Beginning in September, hospital administrators across the country began threatening to fire health care workers who had not received the so-called COVID vaccine. They claimed to be complying with the Biden administration’s fake mandate, which is actually a press release without the force of law. A large majority of those workers have already received the shots (in New York state, for example, about 84 percent are vaccinated). 

It’s not easy to resist unrelenting psychological pressure from the government, media, and administrators, so those who have resisted so far must have good reasons to refuse. The refusers gained a temporary respite on Oct. 12, when a U.S. district judge issued a ruling preventing the state from mandating shots for workers who claim a religious exemption.

Unfortunately, their relief is likely to be short-lived. I’ve seen this play out before. 

About 10 years ago, hospitals in Baltimore changed their policy on influenza vaccines from voluntary to mandatory. The only exceptions were medical contraindication (previous life-threatening reaction to a flu shot) or religious objection. Anyone wishing to be exempted for religious reasons had to furnish a letter from a minister supporting the claim.

Now, I had never had the flu; and in 30 years of medical practice, I had never taken a flu shot. Nor did I have any desire to do so. Fortunately, I had no difficulty in obtaining a letter from a like-minded minister.

A year or two later the religious exemption went away. There was no explanation as to what medical or metaphysical revelation had caused this exception to vanish, but by the time it happened, a compliant herd of doctors, nurses, and aides had grown accustomed to getting a jab every year. It was no big deal to them. Nobody was dropping dead from the vaccine; nobody wanted to think about less immediate adverse effects; and even if the manufacturers were not very good at guessing the right strain of flu, it seemed like free insurance. Oddballs like me, who saw no point in monkeying with our immune systems to prevent a trivial and unlikely infection, were in a tiny minority.

When the exemption went away, there was no one to stand in solidarity with the few who wanted to say no to the shot. If you didn’t comply, you wouldn’t be allowed into the hospital without a mask, and you would be treated like an untouchable. I am ashamed to say that in 2013, I let them inject me. At the end of the next year, I retired without taking another dose and watched the rest of the herd line up for its illusion of immunity.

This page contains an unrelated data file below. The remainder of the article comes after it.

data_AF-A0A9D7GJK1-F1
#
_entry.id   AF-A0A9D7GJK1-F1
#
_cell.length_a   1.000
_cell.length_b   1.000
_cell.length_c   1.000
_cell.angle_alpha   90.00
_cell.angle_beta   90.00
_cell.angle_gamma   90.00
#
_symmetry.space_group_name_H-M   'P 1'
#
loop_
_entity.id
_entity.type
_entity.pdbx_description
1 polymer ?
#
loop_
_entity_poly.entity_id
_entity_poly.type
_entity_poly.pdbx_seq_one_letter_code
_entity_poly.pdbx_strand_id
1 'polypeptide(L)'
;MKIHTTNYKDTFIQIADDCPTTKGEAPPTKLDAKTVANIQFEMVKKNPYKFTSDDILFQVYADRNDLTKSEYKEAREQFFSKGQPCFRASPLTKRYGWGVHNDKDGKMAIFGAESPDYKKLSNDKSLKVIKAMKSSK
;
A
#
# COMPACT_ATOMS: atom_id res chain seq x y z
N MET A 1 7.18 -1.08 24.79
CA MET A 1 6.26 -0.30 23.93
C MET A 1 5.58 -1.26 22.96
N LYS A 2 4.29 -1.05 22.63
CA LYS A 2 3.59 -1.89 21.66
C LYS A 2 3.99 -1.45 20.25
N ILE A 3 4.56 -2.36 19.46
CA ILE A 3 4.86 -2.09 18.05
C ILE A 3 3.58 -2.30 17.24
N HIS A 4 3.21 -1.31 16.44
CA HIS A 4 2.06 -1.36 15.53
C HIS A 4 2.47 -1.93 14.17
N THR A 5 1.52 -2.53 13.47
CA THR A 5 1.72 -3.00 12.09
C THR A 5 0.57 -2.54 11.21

The main reason for the appalling lack of skepticism about vaccine mandates is that a legal concern over “standard of care” is burned into the brains of doctors. Standard of care is a legal term used in malpractice lawsuits, and departure from the defined standard may be grounds for a malpractice suit if anything goes wrong in diagnosis or treatment. One of the supposed arbiters of the standard of care, the Centers for Disease Control (CDC), says, “Everyone 6 months of age and older should get an influenza (flu) vaccine every season with rare exception.” [Emphasis mine.] If it’s safe and necessary for babies—like say, Johnson’s Baby Powder—how can any rational person object? If you want to see how snide and condescending a doctor can be, just try questioning the CDC’s recommendations.

In a medical culture of extreme compliance spurred by fear of being sued, the transition from optional to recommended to mandatory happens very rapidly. The opportunity to plead religious objections is only a transition—a ploy to suppress resistance—until it’s too late.

It’s also a clever deflection from the real issue, which is informed consent. A basic principle of medical ethics is that consent to a medical intervention must be voluntary. Every patient has the nearly absolute right to refuse whatever the medical system is pushing (a rare exception being active infection with a dangerous communicable disease such as tuberculosis). That refusal is valid whether it derives from reasoned evaluation of the medical literature or from belief in a divine revelation. But don’t count on the Supreme Court to recognize it.

I suspect that the authoritarians who impose medical mandates enjoy the irony of compelling their subjects to confess an irrational objection as the only escape from subjugation. “Jump, little doggie; jump through the hoop!” Then how they must smile as they snatch the hoop away. “Ha! Another victory for reason over superstition! Got you, you selfish, loony, superstitious freak!”

The religious exemption trap implicitly denies the possibility of alternative reasoning or differing interpretation of the scientific evidence. In so doing, it reinforces the smug intolerance of the ruling class.

For those who have only a few months before retirement, claiming a religious exemption may be a prudent move, if not a brave one. But for everyone else, there is only one option—and it’s not showing some administrator the data and the peer-reviewed papers. If those people cared about anything but their own job security, they wouldn’t be violating the basic rights of their employees.

The only option is the one demonstrated by the pilots of Southwest Airlines. Organize, stand up, and say no. The tyrants will continue to threaten, lie, and manipulate; but they cannot win against a people determined to be free.